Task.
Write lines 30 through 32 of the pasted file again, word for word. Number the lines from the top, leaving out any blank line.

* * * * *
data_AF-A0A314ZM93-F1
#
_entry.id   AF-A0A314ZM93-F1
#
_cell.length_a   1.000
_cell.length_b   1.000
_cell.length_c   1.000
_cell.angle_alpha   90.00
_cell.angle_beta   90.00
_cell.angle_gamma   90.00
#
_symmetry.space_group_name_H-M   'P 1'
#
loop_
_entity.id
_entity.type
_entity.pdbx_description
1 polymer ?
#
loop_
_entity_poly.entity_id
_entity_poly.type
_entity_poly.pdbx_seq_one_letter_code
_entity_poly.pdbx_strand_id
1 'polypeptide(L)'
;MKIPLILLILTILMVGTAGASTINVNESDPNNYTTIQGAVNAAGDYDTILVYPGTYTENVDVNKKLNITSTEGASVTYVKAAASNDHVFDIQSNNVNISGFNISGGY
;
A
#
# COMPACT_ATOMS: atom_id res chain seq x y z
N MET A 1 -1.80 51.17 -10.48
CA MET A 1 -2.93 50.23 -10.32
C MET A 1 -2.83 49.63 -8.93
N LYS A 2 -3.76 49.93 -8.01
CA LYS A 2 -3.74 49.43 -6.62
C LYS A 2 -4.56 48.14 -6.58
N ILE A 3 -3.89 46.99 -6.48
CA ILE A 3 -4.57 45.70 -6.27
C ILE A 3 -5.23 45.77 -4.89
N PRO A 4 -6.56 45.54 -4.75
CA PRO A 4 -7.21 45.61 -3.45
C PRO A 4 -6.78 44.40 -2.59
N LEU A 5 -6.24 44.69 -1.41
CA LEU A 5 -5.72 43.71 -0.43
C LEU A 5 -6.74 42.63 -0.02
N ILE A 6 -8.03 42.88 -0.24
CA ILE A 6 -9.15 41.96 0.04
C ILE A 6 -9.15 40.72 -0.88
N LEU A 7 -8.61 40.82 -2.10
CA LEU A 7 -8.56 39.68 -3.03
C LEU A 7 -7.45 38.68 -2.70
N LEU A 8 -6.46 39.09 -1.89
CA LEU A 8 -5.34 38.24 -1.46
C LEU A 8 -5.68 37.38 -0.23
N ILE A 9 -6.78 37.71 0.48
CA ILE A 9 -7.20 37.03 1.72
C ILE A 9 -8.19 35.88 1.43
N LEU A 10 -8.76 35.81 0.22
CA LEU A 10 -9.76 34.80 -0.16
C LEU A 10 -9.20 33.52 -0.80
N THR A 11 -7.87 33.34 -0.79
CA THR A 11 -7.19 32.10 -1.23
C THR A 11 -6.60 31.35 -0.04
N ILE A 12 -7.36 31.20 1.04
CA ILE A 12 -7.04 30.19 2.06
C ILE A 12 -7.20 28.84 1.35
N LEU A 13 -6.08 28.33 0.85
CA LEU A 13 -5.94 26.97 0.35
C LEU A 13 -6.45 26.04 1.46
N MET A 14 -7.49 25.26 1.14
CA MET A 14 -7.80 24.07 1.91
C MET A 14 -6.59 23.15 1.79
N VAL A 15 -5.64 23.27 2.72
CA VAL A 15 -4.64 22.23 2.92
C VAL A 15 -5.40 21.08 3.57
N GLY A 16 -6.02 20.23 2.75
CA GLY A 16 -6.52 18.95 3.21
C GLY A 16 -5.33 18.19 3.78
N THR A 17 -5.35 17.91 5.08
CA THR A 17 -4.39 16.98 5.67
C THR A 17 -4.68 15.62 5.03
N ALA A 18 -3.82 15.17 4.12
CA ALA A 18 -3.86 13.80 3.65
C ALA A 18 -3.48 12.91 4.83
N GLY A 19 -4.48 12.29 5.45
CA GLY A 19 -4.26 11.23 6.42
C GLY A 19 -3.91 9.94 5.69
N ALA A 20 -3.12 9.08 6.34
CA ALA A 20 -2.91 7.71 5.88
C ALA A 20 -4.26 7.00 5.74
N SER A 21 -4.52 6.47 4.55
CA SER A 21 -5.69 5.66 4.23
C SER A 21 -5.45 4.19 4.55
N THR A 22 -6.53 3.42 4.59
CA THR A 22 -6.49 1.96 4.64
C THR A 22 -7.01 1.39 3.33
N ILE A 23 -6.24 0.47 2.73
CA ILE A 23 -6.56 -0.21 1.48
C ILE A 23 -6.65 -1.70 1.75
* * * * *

# COMPACT_ATOMS: atom_id res chain seq x y z
N MET A 1 -1.80 51.17 -10.48
CA MET A 1 -2.93 50.23 -10.32